Film ban: When did Mamata become an admirer of Stalin?

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Updated: Monday, February 25, 2013, 15:15 [IST]
 
When did Mamata become Stalin's admirer

Kolkata, Feb 25: Director of Bengali film Kangal Malsat (War Cry of Beggers) Suman Mukhopadhyay on Sunday slammed the Central Board of Film Certification (CBFC) for denying certificate of approval to his film. He said it was dangerous for a democratic state to stop artists from expressing their views freely.

Many reasons for raising objection

A letter issued issued by the revising committee of the CBFC said the way the departure of the Tata company was shown in the film, it belittled a movement led by the civic society. The committee, which functions under the frameworks of the CBFC, looks after the release of regional films and its members are appointed by the state government.

The panel, chaired by filmmaker Haranath Chakraborty who is known to be close to Chief Minister Mamata Banerjee, also said that the CM's oath-taking ceremony of 2011 was shown in a distorted way in the film and it could hurt the sentiments of the common people and encourage sensationalism.

Objection has also been raised about projecting Joseph Stalin in a negative light, something which could adversely influence the former leader's admirers and over containing sexual content. Chakraborty is known to be close to Banerjee and acts a bridge between the state government and the artistes of the local film industry.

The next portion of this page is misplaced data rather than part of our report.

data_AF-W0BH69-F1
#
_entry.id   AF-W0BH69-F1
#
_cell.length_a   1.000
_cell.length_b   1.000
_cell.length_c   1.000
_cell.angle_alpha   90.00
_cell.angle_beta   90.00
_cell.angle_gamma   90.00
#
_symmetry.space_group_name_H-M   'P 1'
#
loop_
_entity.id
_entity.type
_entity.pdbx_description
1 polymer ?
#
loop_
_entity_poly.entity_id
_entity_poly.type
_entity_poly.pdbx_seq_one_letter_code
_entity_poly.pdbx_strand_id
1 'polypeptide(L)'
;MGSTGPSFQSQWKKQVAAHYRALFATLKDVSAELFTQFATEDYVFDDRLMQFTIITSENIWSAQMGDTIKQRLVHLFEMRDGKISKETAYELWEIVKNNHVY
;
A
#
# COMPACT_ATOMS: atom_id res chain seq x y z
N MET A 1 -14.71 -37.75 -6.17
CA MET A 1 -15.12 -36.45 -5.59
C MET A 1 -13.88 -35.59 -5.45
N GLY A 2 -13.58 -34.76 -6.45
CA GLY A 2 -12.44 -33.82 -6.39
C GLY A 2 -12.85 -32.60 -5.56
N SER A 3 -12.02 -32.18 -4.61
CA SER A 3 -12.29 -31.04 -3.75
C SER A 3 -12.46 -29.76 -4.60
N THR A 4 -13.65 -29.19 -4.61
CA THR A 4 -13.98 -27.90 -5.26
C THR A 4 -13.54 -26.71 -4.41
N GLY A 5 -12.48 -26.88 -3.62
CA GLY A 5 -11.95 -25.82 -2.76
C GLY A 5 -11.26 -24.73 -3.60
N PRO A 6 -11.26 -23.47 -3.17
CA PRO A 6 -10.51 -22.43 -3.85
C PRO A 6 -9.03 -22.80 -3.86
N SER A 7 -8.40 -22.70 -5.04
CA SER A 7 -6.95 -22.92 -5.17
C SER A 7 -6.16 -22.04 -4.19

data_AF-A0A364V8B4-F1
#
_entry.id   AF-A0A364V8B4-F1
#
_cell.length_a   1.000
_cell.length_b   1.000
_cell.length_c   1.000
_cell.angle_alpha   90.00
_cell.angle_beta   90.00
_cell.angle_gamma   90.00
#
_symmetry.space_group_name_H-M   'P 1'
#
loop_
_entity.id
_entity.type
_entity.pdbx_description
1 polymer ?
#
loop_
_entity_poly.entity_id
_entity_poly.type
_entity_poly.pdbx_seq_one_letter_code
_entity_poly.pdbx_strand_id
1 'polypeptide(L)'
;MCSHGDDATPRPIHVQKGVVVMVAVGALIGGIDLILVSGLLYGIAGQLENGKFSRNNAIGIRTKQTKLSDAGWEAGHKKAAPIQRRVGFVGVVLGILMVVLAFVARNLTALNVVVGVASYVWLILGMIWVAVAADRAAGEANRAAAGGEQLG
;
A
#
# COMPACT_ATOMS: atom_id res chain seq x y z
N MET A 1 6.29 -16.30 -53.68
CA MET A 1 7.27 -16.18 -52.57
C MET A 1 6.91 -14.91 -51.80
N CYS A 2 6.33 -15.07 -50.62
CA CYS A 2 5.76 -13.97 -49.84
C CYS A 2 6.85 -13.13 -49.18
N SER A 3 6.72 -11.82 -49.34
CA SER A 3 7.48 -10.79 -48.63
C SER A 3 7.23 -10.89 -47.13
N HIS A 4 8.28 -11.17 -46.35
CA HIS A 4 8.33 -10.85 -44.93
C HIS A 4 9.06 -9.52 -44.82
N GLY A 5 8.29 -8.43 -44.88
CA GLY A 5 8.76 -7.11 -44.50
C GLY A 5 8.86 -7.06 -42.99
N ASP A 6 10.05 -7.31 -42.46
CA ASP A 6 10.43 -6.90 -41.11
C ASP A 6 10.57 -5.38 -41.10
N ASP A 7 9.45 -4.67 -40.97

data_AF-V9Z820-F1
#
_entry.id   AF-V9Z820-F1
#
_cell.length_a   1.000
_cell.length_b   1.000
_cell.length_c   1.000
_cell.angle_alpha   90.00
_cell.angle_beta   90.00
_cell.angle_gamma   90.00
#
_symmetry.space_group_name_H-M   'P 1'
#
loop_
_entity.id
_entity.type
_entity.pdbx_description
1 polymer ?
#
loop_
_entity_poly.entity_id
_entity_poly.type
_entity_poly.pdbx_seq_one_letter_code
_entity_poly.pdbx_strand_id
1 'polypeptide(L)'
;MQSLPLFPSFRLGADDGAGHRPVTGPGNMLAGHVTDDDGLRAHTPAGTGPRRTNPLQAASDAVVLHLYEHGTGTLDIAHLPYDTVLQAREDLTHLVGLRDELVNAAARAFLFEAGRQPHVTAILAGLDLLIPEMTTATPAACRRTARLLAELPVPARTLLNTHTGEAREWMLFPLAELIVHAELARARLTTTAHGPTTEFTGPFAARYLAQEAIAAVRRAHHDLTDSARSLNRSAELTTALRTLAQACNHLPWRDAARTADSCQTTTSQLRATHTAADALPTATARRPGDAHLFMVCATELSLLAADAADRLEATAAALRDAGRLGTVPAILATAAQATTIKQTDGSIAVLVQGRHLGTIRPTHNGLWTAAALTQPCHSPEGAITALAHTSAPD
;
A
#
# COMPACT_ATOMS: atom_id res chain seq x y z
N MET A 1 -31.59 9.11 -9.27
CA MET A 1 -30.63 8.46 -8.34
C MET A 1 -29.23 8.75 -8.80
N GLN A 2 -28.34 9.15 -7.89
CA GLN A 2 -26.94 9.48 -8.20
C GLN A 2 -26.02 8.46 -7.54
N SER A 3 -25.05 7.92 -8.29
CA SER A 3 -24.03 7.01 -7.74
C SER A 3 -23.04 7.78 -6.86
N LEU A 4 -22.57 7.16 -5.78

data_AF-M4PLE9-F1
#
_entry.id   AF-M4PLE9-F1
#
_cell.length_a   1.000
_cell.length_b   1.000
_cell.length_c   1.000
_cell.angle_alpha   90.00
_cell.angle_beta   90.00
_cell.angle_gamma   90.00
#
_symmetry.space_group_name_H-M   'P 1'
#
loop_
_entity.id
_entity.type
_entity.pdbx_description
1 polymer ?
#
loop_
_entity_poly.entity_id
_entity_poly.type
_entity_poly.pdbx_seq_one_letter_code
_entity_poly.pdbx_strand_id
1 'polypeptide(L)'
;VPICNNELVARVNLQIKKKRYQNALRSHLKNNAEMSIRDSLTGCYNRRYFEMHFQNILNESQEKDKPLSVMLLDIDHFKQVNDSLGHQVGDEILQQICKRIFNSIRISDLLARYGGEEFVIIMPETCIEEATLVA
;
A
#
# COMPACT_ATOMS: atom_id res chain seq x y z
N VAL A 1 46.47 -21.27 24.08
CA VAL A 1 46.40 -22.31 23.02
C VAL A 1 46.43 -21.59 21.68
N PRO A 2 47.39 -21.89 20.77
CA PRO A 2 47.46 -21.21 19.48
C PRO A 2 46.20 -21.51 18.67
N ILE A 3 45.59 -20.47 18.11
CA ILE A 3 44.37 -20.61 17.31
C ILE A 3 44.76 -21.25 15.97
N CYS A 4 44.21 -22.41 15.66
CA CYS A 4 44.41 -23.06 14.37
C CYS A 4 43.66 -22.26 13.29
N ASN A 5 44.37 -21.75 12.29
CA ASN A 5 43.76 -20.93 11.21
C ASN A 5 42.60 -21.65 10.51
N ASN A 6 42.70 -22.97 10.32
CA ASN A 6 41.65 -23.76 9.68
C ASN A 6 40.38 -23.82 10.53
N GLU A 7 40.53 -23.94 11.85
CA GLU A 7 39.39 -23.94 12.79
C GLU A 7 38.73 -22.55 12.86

Rebel Trinamool Congress MP Kabir Suman plays the main character of the film, which is based on a 2003 novel by Nabarun Bhattacharya. Both Suman and Bhattacharya have slammed the state government for such cultural crackdown.

Not the first time

The Trinamool Congress (TMC) government which had come to power in 2011 raising a huge hope of bringing a change in a stagnant Bengal, has been found to be more interested in running an authoritarian show, even trying to outdo some of the most tyrannical regimes in the world. In the recent past, the state government was found to be clamping down on the screening of a film, Teen Kanya, for portraying the controversial Park Street rape incident.

The chief minister revealed the shoddy administrator in her when she said the rape incident as a concocted story and no proceeding has been made in the case even after a year has lapsed.

A similar incident occurred in North Bengal a few days ago when a veteran theatre director and his crew were threatened for allegedly using the TMC's political slogan in their drama. The local police was also accused of turning a blind eye to the victims and the director was made to apologise. Even more recently, novelist Salman Rushdie was not allowed to enter the state on the charges that communal harmony could be threatened.

Mukhopadhyay's film has been sent to the Film Certification Appellate Tribunal to decide its fate. But whatever be the result, questions are being raised about blocking the film on the ground of hurting Stalin's admirers! Even the non-Left regime after a historical change is showing concern for Stalin? It conveys a simple message: Authoritative power doesn't identify ideology. It only identifies power.

Mukhopadhyay's debut film Herbert was stopped from being stalled during the Left Front days,And now Kangal Malsat. Will creative minds ever find them in tune to power-hungry politicians?

OneIndia News

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